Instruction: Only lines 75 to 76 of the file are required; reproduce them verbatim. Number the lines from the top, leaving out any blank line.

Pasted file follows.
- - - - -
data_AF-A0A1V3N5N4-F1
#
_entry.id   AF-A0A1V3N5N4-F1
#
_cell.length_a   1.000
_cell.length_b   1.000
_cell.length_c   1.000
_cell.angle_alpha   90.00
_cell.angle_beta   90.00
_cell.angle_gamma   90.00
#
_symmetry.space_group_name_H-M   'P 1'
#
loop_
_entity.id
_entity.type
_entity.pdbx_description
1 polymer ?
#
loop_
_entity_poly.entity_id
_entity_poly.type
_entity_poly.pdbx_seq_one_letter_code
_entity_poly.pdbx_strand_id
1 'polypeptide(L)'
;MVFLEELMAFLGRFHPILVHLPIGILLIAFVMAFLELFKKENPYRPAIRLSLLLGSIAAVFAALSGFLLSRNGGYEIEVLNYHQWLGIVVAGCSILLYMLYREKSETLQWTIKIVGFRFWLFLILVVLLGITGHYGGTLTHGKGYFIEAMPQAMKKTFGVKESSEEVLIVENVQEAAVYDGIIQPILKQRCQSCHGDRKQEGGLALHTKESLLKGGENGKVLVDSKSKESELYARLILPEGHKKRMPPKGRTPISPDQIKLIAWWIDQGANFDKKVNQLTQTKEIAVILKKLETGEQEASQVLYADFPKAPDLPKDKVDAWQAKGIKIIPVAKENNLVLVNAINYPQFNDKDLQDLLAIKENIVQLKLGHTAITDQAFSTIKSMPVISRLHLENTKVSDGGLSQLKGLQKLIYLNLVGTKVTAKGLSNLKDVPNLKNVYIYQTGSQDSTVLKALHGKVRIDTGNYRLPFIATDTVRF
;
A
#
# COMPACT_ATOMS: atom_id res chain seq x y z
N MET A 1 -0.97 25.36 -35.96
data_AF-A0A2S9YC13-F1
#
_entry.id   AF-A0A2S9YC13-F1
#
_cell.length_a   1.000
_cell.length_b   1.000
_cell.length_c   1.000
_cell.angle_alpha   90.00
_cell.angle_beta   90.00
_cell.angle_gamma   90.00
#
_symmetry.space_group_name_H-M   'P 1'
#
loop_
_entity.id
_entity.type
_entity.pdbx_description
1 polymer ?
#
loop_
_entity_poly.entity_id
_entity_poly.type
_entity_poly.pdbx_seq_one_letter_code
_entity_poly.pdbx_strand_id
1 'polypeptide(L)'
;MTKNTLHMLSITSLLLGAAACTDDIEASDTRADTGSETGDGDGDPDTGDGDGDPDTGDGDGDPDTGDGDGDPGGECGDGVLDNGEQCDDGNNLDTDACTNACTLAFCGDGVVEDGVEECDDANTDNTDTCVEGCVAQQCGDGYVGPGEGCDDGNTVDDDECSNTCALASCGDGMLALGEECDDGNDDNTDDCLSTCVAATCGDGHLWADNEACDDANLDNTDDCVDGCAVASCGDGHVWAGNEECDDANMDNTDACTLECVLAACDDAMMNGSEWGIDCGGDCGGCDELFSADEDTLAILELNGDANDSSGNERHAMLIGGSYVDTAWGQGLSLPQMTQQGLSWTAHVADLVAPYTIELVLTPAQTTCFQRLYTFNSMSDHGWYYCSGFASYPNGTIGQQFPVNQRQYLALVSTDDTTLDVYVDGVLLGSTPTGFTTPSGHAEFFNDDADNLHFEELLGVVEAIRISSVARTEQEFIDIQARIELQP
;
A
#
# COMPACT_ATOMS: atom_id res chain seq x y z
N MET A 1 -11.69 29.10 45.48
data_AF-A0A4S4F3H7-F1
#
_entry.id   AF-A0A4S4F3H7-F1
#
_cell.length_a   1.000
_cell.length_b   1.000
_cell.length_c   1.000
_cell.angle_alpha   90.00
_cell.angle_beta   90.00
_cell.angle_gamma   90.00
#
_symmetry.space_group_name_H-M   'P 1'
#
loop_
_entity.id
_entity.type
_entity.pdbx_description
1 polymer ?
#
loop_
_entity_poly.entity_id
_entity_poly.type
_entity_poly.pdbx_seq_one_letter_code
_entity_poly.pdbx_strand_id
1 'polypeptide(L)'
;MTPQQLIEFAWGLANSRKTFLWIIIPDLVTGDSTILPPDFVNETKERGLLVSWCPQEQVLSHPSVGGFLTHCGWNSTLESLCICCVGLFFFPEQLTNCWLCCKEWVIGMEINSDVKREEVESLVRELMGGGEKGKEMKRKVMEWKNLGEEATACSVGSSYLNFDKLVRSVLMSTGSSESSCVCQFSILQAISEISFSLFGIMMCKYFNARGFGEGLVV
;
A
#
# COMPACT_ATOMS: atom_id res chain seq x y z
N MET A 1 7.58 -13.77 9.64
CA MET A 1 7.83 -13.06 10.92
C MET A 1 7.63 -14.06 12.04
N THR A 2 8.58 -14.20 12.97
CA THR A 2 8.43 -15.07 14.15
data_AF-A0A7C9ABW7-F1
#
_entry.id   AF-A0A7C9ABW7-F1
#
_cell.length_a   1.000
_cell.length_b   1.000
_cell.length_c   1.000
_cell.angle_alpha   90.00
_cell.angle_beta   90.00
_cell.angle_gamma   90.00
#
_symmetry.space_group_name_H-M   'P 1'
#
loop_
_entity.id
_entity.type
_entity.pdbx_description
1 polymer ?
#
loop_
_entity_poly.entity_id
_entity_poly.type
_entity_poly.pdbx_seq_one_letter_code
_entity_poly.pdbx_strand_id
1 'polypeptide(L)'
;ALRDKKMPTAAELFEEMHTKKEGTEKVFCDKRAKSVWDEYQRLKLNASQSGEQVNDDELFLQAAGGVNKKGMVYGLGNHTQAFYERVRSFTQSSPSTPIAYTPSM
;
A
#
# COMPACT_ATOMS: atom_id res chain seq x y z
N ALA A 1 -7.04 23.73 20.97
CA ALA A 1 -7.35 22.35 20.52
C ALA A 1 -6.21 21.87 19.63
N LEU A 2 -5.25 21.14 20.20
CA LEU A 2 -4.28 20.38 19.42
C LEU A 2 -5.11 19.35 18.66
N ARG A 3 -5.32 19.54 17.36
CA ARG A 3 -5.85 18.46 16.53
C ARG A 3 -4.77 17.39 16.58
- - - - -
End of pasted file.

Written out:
#
loop_